However, in light of concerns raised by commenters on past rules and an analysis of recent LTCH case-mix data, CMS is proposing a budget neutrality requirement for the annual update to the LTC-DRG classifications and relative weights to ensure that the LTC-DRG reclassification and recalibration processes do not, by themselves, either increase or decrease aggregate payments to LTCHs.

In addition to the update, CMS is adopting other payment policies in the rule as well.  Presently, a policy known as the “25 percent rule” governs Medicare payments to LTCHs based on the percentage of patients that were admitted from its co-located host hospital (generally an acute care hospital).  Under this policy, if a LTC hospital-within-a-hospital or a LTCH satellite’s percentage of discharges that were admitted from its co-located host hospital exceed a given percentage (generally 25 percent) for the cost reporting period, the payment to the LTCH would be adjusted downward.

CMS is proposing to extend the 25 percent threshold to certain situations not currently covered under the existing regulations.  Under this proposed policy, the payment adjustment would apply to virtually all LTCHs for which more than 25 percent (or the applicable percentage in certain special circumstances) of its discharged patients were admitted from an individual hospital, regardless of whether that hospital was located in the general vicinity of the LTCH.

In the proposed rule, CMS also presents an approach to revise the current payment adjustment formula for specific short-stay outlier (SSO) patients.  Under the approach, Medicare would include, as part of the SSO payment formula, the “comparable IPPS amount” for that particular DRG for those LTCH discharges with a length of stay (LOS) that is less than or equal to an “IPPS-comparable threshold.”  CMS believes this approach would result in appropriate Medicare program payments for those cases that are admitted and treated as LTCHs, but with a LOS similar to cases more typically treated as acute care hospitals.  CMS also is requesting that commenters offer additional recommendations as to alternative approaches to address concerns about inappropriate payments under the LTCH PPS for SSO cases under the current policy.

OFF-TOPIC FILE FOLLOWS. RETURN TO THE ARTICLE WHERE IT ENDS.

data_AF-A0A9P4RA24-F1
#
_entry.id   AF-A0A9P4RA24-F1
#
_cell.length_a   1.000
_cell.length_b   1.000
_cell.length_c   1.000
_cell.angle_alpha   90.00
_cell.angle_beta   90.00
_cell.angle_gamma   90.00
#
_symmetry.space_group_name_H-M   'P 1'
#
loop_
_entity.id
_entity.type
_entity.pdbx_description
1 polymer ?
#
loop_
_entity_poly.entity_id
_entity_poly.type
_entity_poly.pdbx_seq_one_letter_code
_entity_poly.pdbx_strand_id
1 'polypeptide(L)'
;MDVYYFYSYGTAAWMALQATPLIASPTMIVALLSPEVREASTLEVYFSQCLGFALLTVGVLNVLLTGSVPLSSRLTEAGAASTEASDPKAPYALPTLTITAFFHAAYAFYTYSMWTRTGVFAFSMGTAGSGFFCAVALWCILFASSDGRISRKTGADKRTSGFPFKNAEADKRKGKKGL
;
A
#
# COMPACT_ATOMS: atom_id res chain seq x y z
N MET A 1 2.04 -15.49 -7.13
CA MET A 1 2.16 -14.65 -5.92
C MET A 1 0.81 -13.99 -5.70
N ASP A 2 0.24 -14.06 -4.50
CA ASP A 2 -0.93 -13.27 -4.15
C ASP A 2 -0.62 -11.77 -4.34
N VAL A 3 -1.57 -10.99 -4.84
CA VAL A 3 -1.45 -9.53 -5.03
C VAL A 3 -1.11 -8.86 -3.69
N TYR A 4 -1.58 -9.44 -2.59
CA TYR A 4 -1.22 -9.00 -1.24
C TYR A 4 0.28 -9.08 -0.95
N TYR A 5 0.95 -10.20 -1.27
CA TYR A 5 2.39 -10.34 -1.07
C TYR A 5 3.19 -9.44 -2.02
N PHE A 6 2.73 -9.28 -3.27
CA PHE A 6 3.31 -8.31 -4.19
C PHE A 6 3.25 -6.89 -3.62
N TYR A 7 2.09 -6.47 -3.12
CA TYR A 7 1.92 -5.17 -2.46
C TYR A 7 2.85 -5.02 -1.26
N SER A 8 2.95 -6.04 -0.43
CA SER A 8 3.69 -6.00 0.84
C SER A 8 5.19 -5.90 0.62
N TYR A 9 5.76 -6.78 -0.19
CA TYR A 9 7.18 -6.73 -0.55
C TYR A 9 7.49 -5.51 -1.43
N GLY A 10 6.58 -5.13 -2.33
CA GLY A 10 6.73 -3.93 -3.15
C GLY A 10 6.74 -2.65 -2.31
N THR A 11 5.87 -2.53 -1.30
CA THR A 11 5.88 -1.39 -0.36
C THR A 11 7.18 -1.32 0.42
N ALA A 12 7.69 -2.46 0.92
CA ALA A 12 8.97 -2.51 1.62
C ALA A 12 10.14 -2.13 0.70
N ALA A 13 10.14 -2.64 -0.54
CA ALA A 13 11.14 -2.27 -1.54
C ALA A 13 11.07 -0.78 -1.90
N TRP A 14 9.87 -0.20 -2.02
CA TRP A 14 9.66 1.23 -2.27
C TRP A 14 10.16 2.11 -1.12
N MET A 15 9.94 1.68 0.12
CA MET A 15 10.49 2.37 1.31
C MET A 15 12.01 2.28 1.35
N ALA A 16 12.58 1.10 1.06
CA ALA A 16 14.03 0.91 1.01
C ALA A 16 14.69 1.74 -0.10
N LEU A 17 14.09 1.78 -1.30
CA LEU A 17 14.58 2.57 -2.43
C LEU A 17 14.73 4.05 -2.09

In addition to the LTCH PPS proposed changes, CMS is using this proposed rule as an opportunity to propose an unrelated change regarding Medicare’s payment policies for graduate medical education payments to a teaching hospital when its residents are being trained in a nonhospital site.  Under current rules, if residents are training in a nonhospital setting, a teaching hospital may count those residents in calculating their graduate medical education payments if, in part, the teaching hospital pays “all or substantially all of the costs for the training program in the nonhospital setting.”  The proposed rule would amend this, effective July 1, 2007, to require that the teaching hospital pay at least 90 percent of the total costs of training residents in the nonhospital setting (including residents’ salaries, fringe benefits, travel and lodging expenses when appropriate plus the portion of the cost of teaching physicians’ salaries attributable to direct graduate medical education).  To reduce the administrative burden of documenting those costs, CMS has also proposed to allow hospitals to utilize specified proxies to determine those costs.

CMS will accept comments on the proposed rule for 60 days, and will publish a final rule later this spring.  The final rule will be effective for discharges occurring on or after July 1, 2007 through June 30, 2008.